Lack of website a concern for Fredonia

A village that is home to a college would seem to be a candidate to be up-to-date with current technology. Not so with Fredonia, which has been without a website for more than nine months since the previous one crashed.

Development of the village website was a topic of discussion during the Fredonia Village Board workshop Tuesday.

“I’m constantly getting complaints about not having a website setup. People are looking to contact different people. They’re looking to pay bills. There’s a number of reasons to have a website,” Mayor Stephen Keefe stated. “It’s going to be a $1,500 setup fee if we go with the lowest bidder. There will be a maintenance fee … something like $300. We will do work inhouse to maintain it.

“Do I have three votes? Give me a thumbs up if you’ll vote in favor of it.”

Trustee Susan Mackay said she was in favor of the website, but wanted to know if that was a resolution to consider.

“I’m not even saying a resolution right now. I want to know by the next board meeting if we’ll have a resolution,” Keefe replied, adding they could go with one of the current proposals or find a different one. “A professional website that’s interactive that does the job.”

Mackay said she has talked to some website developers, including one asking for $4,000.

“When we’re talking $1,600 and $1,500, I just want to prepare and see if we can get some of what they’re talking about, and I think we can, in our $1,600 or $1,500 proposal,” she added.

Trustee Joseph Cerrie talked about getting a list of what the website should contain.

“It’s silly not having one. It impacts our transparency. People don’t see our agendas, they don’t see our minutes,” Mackay continued. “People are coming in to read the minutes in village hall, and they have a right to. They should be able to see that stuff, it’s public information.”

“It’s not that they’re being denied, they can come in here and see it,” Trustee Janel Subjack stated.

“I’m still back with, it wasn’t allocated. We’ve been hit with so many unexpected expenses this year. I’d like to see all these proposals as opposed to being rushed into something,” she added.

“We’re not being rushed into this, it’s been six months,” Keefe replied.

Subjack indicated she wouldn’t support the website at this time and Keefe said it didn’t matter, the votes weren’t there.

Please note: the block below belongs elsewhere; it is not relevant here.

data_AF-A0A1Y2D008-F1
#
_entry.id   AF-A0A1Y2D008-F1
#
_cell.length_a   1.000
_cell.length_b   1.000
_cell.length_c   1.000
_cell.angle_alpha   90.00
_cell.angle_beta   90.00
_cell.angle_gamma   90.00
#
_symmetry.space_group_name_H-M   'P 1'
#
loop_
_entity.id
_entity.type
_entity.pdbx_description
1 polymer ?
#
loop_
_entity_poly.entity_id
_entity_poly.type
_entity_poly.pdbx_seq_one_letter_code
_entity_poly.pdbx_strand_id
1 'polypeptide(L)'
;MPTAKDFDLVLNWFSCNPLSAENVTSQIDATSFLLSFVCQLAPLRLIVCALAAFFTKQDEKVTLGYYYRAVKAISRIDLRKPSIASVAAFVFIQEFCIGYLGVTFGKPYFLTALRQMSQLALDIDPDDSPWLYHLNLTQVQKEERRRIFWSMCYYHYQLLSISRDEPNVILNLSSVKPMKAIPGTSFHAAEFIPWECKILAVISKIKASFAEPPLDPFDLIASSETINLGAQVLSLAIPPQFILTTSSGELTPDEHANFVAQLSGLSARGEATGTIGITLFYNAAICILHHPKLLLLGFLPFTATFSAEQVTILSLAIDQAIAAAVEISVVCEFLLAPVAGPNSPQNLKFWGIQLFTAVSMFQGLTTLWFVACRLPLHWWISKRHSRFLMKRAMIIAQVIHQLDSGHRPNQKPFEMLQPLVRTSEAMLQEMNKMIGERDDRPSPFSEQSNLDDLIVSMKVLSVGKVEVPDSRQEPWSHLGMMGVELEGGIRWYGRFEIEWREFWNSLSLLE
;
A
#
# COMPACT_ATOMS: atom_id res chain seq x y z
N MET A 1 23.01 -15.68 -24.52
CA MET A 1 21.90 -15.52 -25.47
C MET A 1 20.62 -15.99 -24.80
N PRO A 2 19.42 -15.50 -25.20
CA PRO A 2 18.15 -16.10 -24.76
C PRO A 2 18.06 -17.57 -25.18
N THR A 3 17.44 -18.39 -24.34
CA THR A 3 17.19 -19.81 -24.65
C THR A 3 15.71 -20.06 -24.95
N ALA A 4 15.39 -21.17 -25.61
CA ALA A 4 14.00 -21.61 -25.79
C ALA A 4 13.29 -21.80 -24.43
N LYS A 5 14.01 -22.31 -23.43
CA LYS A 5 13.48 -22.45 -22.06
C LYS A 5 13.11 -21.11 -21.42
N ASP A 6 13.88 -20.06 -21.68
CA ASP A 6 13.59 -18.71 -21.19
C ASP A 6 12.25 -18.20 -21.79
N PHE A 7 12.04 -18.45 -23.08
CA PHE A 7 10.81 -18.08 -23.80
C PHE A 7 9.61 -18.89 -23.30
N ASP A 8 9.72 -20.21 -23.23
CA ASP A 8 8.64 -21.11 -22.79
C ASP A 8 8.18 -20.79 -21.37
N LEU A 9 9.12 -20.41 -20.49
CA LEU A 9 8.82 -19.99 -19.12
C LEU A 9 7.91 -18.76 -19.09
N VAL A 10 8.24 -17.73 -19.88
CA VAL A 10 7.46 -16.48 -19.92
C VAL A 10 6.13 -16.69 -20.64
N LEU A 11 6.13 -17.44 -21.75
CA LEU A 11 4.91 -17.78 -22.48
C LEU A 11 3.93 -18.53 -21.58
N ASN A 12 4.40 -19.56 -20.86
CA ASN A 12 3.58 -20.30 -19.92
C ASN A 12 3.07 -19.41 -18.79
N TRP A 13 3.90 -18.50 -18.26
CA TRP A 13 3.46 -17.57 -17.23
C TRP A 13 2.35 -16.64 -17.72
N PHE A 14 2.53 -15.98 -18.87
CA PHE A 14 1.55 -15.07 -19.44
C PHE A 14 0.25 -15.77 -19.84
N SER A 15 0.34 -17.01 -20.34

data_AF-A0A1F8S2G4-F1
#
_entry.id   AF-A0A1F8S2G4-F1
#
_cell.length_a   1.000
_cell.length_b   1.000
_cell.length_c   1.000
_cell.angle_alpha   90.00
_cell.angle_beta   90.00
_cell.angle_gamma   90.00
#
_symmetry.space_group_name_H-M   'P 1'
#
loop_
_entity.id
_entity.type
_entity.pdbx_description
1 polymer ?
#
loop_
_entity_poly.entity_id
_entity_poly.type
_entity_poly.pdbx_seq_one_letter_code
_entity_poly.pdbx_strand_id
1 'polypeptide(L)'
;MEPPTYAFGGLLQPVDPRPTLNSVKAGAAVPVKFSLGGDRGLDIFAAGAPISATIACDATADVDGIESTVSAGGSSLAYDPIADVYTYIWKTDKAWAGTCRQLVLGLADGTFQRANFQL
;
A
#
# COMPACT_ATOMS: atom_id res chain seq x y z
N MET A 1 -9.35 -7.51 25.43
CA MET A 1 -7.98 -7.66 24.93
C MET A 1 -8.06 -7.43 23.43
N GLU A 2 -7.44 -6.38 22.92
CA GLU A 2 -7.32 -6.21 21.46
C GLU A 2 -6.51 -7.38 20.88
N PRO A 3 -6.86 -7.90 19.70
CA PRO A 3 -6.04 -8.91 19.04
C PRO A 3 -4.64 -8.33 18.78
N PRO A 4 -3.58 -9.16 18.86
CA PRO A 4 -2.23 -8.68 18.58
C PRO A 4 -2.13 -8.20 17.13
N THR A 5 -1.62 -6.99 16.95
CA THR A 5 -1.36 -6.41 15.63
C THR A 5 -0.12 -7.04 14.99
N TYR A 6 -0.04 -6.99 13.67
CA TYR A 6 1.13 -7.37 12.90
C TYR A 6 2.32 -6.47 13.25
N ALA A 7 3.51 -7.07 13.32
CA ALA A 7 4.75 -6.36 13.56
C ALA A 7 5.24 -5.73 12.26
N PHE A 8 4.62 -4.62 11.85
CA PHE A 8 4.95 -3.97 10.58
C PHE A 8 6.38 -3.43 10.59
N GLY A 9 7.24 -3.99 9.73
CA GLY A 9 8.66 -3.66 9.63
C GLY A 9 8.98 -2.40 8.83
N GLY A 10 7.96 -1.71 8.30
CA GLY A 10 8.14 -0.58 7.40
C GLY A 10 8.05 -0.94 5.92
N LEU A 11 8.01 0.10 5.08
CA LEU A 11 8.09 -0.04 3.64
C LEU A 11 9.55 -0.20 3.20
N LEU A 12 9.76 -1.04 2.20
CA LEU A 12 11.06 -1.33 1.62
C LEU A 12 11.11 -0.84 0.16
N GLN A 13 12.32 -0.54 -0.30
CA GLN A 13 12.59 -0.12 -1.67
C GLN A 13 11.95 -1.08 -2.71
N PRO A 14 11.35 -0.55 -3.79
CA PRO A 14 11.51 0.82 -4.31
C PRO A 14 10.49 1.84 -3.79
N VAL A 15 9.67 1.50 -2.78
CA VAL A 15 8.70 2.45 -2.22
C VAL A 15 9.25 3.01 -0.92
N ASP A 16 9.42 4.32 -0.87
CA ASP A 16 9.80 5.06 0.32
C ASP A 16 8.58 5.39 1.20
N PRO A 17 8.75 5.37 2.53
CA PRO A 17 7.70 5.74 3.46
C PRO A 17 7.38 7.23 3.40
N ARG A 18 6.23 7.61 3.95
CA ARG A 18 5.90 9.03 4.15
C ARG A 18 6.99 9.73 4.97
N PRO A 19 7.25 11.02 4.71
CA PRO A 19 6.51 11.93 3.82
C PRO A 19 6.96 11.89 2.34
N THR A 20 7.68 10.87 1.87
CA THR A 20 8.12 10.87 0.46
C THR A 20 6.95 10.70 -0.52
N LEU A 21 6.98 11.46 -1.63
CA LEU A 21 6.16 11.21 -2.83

Cerrie said he would like to see a website but Keefe was missing the point.

“The conversation as far as the trustees was you were going to put a list together of everything that was going to be on the website and develop the website for us and we all can agree on what is going to be on there,” Cerrie explained. “At this point, that has not been done yet and I think that’s not fair to us.”

Subjack and Cerrie wanted the money budgeted before they agreed to pursuing the website.

During the regular meeting the board came under fire for the way a recent hiring occurred. James Lynden, a village resident and member of the Planning Board, had a prepared statement. He said village residents deserve and expect a transparent and accountable public body.

“At an earlier date a quorum of the board of trustees admittedly convened by telephone and voted to hire a part-time building inspector. Later, on Oct. 21, 2013 at an open special board meeting a resolution was passed to hire said building inspector who was already on the job. How does this happen?” Lynden asked. “When consideration by the board of trustees to fill the position of full-time building inspector is done, will more than one interview be held? Will background checks be done? Will references be required? Will the excessive pay scale be addressed before any hiring is done and will a resolution be presented in an open meeting before the employee starts work?”

Lynden said his statement was in response to past board meetings he has attended and a review of the minutes and the meeting video, which didn’t match.

“The exact words were by phone and it does not reflect that in the minutes. It says there was polling done and the state recognizes that as a vote,” he added.

Keefe accepted a packet from Lynden and said he would make copies for the board.

Resident Vicki Kaiser told the board they are working hard but things could be better.

“We are getting so comfortable in our little village that we get a little sloppy sometimes about things like the Open Meetings Law and there have been some pretty clear violations recently,” she stated. “So my concern coming to you as a citizen is to encourage you to review that and to make sure you are in compliance, that’s part of your charge as a trustee.”

She added there are workshops and other ways to conform to the state’s Open Meetings Law.

After the meeting Keefe was asked about the delay in getting the website running again.

“I think the holdup is financial. I want a very professional website, something that’s going to be interactive … so the people can be connected to all the departments,” he replied.

With the village budget year beginning in June, Keefe was asked why there was no money budgeted for the 2013-2014 cycle.

“I really can’t answer that question because I’ve been talking about a website from the very beginning when it first crashed,” he replied. “I said we need to get a functional website up and running. I look at it as a tourism tool.”

Keefe said at this point he will need three votes to get the site up and running.

Send comments on this story to gsnyder@observertoday.com